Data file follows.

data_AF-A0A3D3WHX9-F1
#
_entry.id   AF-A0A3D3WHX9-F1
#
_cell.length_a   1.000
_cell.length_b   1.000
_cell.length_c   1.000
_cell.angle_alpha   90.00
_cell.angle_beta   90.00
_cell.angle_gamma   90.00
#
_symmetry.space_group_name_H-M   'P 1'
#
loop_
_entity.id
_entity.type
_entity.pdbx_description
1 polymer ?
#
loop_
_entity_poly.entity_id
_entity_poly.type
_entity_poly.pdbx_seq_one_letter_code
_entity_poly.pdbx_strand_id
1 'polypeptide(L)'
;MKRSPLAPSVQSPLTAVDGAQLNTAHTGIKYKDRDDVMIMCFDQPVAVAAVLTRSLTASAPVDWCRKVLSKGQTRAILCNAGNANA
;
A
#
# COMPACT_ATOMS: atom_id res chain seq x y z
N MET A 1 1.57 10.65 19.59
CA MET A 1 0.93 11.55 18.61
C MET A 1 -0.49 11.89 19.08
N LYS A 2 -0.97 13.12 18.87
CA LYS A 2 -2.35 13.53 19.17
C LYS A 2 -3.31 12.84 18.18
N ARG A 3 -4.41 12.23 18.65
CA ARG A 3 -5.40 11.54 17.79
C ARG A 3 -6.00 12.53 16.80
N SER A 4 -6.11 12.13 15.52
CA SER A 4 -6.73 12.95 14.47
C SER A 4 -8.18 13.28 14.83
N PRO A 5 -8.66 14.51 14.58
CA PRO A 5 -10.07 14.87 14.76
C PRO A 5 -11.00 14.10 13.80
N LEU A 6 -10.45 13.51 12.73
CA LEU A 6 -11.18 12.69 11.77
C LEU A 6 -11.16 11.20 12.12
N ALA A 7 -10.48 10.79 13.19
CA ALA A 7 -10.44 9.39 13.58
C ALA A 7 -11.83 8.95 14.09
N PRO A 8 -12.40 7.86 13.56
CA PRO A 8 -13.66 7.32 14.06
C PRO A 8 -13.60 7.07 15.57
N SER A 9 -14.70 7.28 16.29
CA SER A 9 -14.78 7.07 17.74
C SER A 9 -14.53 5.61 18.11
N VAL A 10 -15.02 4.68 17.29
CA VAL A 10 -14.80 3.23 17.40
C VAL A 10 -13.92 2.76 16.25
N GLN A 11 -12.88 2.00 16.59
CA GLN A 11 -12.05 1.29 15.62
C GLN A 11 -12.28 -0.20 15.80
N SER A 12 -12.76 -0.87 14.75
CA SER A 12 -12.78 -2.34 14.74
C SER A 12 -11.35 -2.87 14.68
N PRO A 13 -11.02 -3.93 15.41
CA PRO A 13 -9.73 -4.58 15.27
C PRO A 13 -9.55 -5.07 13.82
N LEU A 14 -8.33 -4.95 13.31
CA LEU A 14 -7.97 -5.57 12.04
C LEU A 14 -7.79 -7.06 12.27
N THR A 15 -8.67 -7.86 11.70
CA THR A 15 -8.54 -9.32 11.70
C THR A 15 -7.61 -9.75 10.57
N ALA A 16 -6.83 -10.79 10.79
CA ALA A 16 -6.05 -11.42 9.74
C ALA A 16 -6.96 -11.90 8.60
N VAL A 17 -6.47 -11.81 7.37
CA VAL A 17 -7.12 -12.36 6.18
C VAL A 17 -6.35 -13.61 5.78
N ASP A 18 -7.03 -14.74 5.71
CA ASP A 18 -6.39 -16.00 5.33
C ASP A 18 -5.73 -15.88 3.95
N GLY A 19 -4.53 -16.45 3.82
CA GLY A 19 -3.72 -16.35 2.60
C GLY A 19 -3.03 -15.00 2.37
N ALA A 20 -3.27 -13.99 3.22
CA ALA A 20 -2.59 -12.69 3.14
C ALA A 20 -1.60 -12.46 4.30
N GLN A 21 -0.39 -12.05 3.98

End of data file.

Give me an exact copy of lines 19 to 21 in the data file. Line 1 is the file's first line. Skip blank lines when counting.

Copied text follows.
#
loop_
_entity_poly.entity_id